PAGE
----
In fact, there is now an impressive two-decade track record demonstrating the economic and environmental benefits for consumers who are allowed to shop for electricity in competitive markets.  Competition helps keep prices down and drives efficiencies that translate into cleaner electricity.  And the level playing field provided by competitive markets is easing market entry by cleaner generating resources, such as wind and solar power.  In competitive markets, customers benefit from the flexibility to choose from a variety of technologies, products and services offered by competing providers.

Yet despite these real and tangible benefits, there remain ongoing policy threats to the long-term sustainability of the markets and the demonstrable economic and environmental benefits they provide.  As the Principles explain, these challenges include subsidized generation in competitive markets, preferential treatment of some resources, non-bypassable retail charges to recover the generation-related costs of certain resources, and resources procured without using a competitive market process.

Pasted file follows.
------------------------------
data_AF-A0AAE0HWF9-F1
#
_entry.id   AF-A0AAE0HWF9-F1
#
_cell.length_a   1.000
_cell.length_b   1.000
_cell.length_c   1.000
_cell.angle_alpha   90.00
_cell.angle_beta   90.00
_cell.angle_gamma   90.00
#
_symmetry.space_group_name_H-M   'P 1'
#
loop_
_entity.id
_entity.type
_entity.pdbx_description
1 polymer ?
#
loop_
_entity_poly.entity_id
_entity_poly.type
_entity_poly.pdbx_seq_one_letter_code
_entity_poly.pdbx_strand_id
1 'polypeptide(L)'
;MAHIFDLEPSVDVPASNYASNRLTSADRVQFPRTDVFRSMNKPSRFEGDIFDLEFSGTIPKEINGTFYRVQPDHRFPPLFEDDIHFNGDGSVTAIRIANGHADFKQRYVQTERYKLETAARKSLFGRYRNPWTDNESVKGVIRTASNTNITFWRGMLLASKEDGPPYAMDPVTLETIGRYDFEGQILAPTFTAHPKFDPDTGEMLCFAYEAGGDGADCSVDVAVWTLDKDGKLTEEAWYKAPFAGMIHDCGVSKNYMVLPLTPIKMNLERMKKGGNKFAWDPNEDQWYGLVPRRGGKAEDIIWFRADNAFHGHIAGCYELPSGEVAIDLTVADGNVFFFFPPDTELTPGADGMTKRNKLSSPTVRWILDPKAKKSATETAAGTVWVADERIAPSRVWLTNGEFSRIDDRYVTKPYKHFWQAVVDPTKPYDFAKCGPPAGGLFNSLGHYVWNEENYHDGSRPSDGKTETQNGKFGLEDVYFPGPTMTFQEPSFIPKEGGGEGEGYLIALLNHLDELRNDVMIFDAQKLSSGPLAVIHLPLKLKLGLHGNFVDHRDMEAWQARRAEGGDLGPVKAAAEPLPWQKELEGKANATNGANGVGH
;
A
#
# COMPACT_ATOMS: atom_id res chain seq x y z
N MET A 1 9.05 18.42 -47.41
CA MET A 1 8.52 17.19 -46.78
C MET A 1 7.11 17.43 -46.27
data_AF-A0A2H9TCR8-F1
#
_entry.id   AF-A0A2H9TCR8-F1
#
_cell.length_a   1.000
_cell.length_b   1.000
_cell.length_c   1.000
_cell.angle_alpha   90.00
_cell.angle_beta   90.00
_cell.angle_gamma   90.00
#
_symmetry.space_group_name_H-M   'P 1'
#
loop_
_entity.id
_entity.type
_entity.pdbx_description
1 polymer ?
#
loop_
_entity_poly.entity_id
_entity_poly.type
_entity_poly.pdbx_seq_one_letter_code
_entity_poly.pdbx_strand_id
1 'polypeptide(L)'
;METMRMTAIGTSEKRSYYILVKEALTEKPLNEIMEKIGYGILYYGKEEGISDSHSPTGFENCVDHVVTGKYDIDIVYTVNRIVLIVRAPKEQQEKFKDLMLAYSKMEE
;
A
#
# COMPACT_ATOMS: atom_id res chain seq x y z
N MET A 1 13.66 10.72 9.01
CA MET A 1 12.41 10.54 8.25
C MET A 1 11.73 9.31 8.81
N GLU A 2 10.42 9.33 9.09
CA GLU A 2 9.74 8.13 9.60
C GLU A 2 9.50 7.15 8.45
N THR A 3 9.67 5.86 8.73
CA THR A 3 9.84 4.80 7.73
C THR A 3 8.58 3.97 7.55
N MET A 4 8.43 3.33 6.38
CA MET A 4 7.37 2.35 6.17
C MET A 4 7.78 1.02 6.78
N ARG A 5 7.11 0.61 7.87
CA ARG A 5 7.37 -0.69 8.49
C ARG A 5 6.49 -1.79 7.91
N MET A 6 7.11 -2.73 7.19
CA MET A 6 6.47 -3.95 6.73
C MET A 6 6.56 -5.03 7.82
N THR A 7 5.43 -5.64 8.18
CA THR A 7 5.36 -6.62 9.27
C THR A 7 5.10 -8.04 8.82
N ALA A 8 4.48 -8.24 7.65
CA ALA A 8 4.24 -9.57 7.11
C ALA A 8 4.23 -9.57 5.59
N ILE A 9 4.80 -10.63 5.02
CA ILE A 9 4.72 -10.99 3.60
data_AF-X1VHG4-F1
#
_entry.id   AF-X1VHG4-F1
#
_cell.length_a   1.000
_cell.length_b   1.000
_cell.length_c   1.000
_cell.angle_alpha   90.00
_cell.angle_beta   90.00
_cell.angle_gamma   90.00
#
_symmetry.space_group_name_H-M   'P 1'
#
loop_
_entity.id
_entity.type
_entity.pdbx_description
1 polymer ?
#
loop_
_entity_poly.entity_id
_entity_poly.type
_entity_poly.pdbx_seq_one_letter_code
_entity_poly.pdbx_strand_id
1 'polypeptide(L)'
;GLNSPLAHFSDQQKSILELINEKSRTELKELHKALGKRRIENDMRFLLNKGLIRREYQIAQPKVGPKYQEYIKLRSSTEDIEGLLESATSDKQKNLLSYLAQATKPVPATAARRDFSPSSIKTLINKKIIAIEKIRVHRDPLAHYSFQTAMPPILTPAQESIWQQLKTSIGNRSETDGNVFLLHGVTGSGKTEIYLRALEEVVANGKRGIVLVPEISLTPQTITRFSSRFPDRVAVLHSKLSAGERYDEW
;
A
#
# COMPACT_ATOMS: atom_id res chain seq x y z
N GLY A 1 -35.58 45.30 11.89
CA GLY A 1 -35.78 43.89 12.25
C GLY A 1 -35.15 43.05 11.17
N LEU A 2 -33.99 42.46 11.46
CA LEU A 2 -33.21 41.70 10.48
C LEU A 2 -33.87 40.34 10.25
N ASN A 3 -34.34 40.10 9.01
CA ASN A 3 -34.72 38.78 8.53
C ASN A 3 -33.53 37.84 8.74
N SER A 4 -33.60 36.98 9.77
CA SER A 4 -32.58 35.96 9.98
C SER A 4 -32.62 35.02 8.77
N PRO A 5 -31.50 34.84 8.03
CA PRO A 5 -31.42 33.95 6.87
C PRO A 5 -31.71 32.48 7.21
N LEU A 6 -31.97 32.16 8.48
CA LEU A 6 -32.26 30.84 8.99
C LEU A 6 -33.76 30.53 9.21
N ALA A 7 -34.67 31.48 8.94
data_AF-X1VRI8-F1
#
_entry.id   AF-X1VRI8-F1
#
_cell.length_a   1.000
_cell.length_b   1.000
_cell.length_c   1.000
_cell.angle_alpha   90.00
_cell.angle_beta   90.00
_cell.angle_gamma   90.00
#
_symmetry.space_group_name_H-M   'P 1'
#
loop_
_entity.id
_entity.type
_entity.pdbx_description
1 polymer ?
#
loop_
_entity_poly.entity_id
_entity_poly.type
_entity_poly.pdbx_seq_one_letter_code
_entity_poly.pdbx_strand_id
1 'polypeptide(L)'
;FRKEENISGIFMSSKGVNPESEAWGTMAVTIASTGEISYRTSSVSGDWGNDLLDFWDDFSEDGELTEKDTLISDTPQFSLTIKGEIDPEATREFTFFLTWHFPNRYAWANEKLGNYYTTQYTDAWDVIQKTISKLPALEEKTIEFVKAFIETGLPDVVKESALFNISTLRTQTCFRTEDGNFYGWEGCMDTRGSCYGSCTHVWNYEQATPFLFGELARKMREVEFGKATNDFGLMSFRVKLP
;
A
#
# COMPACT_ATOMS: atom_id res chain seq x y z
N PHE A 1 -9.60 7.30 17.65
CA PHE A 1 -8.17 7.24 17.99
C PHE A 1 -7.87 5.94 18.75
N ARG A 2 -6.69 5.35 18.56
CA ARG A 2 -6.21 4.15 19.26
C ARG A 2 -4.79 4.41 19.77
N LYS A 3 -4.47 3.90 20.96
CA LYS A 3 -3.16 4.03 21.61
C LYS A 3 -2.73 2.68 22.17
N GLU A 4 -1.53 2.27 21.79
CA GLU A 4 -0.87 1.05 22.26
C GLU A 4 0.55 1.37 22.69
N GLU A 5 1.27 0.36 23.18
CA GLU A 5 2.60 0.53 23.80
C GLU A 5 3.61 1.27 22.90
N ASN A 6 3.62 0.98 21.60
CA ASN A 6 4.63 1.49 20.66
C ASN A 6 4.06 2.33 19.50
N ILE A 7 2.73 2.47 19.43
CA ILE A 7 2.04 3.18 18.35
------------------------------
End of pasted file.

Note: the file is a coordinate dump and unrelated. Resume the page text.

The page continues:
In response to these challenges, COMPETE’s Principles lay out the elements of well-structured competitive electricity markets to ensure their sustainability.  These include accurate and transparent price signals, markets that are open to all market participants without arbitrary restrictions on competition, non-discriminatory rules and practices allowing competition on a level playing field, an end to subsidies that distort the market, competitive procurements open to all qualified resources, and clear and transparent resource adequacy standards.

In particular, policy makers should avoid picking winners and losers in the marketplace. Competitive markets do that in a much more cost-effective and consumer-friendly manner.

For instance, some states seek to recover the costs of certain generation facilities from all customers through a non-bypassable surcharge.  These charges are anti-competitive, acting as a tax on shopping customers by forcing them to pay twice for generation service if they choose a competitive supplier. Such charges saddle customers with risk of poor generation supply decisions and practices.

Competition is the driving force behind our nation’s economy, the largest in the world.  Well-functioning competition works for all of our other goods and services, and it works for electricity too.  Our nation will prosper more if well-functioning competitive electricity markets are allowed to continue to drive economic and environmental benefits for consumers.

Malina is executive director of the COMPETE Coalition, which fosters competition in the electricity markets, and CEO and general manager of Wexler & Walker.